by Patrick Fearon-Hernandez, CFA, and Thomas Wash
[Posted: 9:30 AM EST] | PDF
Our Comment today opens with a few additional remarks on how the swaggering monetary policies of the major central banks have once again unsettled global stock markets. We next review a wide range of other international and U.S. developments with the potential to affect the financial markets today, including renewed threats to commodity supplies because of the war in Ukraine and evidence that global inflation is pushing up wages, even in Japan.
Global Monetary Policy: This afternoon the Federal Reserve will release the minutes of its latest policy meeting, and investors are bracing for any additional signs that the policymakers are intent on continuing to raise interest rates further and keep them there for an extended period, as Chair Powell insists. At the same time, yesterday’s surprisingly strong economic data in Europe has boosted expectations that the European Central Bank could hike its benchmark interest rate to a record high. European swap markets now suggest investors are expecting the ECB to hike its key rate to 3.75% by September, up from 2.50% currently.
- In the U.S., the yield on 10-Year Treasury notes temporarily rose above 4.00% yesterday, surpassing their level from the end of 2022. The burgeoning concerns about surging interest rates drove U.S. stock prices sharply lower.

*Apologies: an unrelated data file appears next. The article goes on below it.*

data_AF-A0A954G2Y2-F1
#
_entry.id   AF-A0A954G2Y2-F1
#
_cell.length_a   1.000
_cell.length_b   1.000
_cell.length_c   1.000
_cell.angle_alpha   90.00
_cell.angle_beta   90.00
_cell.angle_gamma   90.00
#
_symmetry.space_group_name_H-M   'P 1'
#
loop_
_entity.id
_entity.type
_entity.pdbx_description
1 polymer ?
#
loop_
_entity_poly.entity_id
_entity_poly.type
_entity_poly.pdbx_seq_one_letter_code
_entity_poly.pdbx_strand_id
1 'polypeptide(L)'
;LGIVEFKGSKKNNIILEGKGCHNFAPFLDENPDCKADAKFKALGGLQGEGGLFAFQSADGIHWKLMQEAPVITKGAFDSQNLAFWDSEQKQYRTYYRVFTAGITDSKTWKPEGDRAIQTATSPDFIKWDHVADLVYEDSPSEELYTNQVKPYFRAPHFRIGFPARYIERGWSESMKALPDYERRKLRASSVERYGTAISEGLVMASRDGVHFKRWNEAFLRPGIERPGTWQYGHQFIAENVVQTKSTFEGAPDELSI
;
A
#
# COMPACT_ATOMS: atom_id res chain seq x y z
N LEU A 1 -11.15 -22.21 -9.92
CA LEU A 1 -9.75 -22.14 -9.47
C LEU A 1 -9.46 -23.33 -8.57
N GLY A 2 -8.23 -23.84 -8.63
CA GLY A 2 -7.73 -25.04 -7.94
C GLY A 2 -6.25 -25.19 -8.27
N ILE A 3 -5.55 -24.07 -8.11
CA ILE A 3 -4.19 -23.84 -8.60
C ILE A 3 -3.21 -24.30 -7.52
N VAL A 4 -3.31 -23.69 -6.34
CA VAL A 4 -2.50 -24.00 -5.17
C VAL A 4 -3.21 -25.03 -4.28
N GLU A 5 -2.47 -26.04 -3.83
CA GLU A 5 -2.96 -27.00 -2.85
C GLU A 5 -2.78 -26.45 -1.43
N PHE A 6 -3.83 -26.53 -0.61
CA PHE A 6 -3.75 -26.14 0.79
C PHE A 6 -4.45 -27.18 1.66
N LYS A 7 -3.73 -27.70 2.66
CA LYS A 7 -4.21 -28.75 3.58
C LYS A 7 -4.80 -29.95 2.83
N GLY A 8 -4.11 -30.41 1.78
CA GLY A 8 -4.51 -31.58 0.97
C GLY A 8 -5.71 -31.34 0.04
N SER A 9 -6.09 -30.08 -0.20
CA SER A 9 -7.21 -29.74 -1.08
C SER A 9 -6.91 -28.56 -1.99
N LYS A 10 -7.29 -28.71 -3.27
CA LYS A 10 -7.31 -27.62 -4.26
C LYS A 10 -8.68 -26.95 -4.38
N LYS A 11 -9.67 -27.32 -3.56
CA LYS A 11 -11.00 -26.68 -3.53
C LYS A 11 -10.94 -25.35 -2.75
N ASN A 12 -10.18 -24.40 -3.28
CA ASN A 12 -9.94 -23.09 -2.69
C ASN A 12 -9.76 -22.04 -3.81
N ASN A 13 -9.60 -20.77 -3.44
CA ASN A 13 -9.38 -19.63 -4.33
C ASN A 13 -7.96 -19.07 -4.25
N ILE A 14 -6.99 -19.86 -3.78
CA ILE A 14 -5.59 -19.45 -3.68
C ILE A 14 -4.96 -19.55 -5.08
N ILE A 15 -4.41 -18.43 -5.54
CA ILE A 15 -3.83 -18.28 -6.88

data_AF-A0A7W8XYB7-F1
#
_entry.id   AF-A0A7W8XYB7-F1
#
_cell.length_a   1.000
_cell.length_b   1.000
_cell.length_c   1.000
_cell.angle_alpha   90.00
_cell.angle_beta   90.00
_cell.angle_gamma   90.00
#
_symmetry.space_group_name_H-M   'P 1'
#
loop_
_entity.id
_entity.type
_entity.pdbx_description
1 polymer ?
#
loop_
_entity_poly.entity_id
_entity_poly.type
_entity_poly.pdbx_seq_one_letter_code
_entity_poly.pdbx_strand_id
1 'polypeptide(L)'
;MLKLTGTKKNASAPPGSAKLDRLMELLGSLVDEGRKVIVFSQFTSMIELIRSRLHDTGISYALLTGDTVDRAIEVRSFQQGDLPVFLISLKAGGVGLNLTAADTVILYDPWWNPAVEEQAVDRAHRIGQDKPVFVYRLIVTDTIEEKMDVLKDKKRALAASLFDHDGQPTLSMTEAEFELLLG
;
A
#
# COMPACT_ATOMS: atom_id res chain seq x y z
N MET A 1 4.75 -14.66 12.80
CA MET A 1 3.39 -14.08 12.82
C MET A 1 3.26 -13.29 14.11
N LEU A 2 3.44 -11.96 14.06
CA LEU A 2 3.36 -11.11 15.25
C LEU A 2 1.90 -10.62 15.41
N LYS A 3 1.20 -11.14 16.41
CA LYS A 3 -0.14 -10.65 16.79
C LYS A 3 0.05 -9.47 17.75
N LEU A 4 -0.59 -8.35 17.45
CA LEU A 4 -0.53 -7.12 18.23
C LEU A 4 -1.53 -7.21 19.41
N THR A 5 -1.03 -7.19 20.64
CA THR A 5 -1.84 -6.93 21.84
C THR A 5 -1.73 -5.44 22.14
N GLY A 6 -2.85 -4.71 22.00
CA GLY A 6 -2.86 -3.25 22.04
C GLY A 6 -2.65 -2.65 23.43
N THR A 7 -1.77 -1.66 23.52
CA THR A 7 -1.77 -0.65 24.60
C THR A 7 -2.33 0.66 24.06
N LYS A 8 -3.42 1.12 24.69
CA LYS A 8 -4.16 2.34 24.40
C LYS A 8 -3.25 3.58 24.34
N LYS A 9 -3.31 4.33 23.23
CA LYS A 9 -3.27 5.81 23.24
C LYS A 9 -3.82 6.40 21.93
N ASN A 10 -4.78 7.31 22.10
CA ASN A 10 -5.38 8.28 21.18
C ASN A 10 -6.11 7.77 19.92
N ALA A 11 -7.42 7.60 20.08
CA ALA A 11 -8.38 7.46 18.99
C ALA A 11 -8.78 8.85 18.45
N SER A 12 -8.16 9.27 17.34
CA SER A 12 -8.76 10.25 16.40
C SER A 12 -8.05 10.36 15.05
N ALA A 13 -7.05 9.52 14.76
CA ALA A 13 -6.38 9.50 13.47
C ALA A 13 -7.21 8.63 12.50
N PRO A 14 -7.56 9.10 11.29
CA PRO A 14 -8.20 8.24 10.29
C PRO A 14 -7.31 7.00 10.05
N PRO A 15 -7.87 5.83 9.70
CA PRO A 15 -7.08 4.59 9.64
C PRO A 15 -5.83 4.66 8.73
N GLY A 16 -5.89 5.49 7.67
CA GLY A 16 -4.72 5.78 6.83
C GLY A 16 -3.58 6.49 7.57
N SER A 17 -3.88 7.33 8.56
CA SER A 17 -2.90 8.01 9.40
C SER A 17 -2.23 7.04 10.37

- European stocks yesterday fell less dramatically than in the U.S., although they continue to falter so far this morning.
Japan: In an example of how global price inflation has dramatically changed economic trends,
Toyota Motor Corp. (TM, $139.18) said it had fully accepted its Japanese labor union’s wage demands and will give its employees their biggest pay increase in two decades. The move by the bellwether manufacturer is likely to encourage other major Japanese employers to follow suit.
- In fact, Honda Motor Co Ltd (HMC, $25.90) also accepted its union demands in full to raise overall wages by about 5%, including base pay and seniority-based pay.
- Such moves in Japan and elsewhere are likely to keep concerns alive about a wage-price spiral that could keep inflation high for longer than investors currently expect.
China: In recent days, there have been numerous reports that an influential Chinese technology investment banker, Bao Fan, has gone missing. Bao and his investment bank have been instrumental in bringing many of China’s key technology companies to market. His disappearance, which may indicate he is under investigation by the government, has raised fears that the country’s technology companies are about to face a new round of corruption and regulatory scrutiny despite recent hopes that Beijing was easing up on the sector.
Pakistan: Former Prime Minister Khan plans to launch mass protests across the country today in a bid to topple incumbent Prime Minister Sharif, his arch rival, and force new elections. The protests come as the government is struggling to convince the International Monetary Fund to release the next tranche of a $7 billion assistance package it needs to avoid defaulting on its foreign debts.